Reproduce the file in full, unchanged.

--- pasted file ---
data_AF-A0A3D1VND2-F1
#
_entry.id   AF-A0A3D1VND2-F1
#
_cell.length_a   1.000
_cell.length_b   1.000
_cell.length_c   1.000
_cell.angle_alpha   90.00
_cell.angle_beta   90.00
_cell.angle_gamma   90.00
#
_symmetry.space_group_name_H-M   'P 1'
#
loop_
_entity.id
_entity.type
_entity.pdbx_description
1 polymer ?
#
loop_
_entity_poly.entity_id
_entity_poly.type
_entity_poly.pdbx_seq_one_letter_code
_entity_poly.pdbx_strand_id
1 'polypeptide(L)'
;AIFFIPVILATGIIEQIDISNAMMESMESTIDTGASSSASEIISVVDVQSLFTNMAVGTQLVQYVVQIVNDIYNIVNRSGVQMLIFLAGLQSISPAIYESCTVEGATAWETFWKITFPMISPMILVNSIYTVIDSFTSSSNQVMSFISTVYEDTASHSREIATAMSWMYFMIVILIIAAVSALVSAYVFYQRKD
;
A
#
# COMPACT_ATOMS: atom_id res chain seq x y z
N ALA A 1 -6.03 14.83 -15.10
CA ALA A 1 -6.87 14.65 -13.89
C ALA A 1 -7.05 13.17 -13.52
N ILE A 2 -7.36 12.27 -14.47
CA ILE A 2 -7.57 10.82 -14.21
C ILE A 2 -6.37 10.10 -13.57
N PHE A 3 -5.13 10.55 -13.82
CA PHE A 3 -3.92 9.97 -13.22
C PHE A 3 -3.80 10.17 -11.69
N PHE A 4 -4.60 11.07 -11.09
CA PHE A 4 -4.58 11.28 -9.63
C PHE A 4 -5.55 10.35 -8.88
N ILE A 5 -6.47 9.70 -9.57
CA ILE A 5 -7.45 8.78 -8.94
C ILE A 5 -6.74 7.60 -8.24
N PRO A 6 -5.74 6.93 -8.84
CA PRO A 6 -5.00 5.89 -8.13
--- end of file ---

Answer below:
data_AF-A0A3D1VND2-F1
#
_entry.id   AF-A0A3D1VND2-F1
#
_cell.length_a   1.000
_cell.length_b   1.000
_cell.length_c   1.000
_cell.angle_alpha   90.00
_cell.angle_beta   90.00
_cell.angle_gamma   90.00
#
_symmetry.space_group_name_H-M   'P 1'
#
loop_
_entity.id
_entity.type
_entity.pdbx_description
1 polymer ?
#
loop_
_entity_poly.entity_id
_entity_poly.type
_entity_poly.pdbx_seq_one_letter_code
_entity_poly.pdbx_strand_id
1 'polypeptide(L)'
;AIFFIPVILATGIIEQIDISNAMMESMESTIDTGASSSASEIISVVDVQSLFTNMAVGTQLVQYVVQIVNDIYNIVNRSGVQMLIFLAGLQSISPAIYESCTVEGATAWETFWKITFPMISPMILVNSIYTVIDSFTSSSNQVMSFISTVYEDTASHSREIATAMSWMYFMIVILIIAAVSALVSAYVFYQRKD
;
A
#
# COMPACT_ATOMS: atom_id res chain seq x y z
N ALA A 1 -6.03 14.83 -15.10
CA ALA A 1 -6.87 14.65 -13.89
C ALA A 1 -7.05 13.17 -13.52
N ILE A 2 -7.36 12.27 -14.47
CA ILE A 2 -7.57 10.82 -14.21
C ILE A 2 -6.37 10.10 -13.57
N PHE A 3 -5.13 10.55 -13.82
CA PHE A 3 -3.92 9.97 -13.22
C PHE A 3 -3.80 10.17 -11.69
N PHE A 4 -4.60 11.07 -11.09
CA PHE A 4 -4.58 11.28 -9.63
C PHE A 4 -5.55 10.35 -8.88
N ILE A 5 -6.47 9.70 -9.57
CA ILE A 5 -7.45 8.78 -8.94
C ILE A 5 -6.74 7.60 -8.24
N PRO A 6 -5.74 6.93 -8.84
CA PRO A 6 -5.00 5.89 -8.13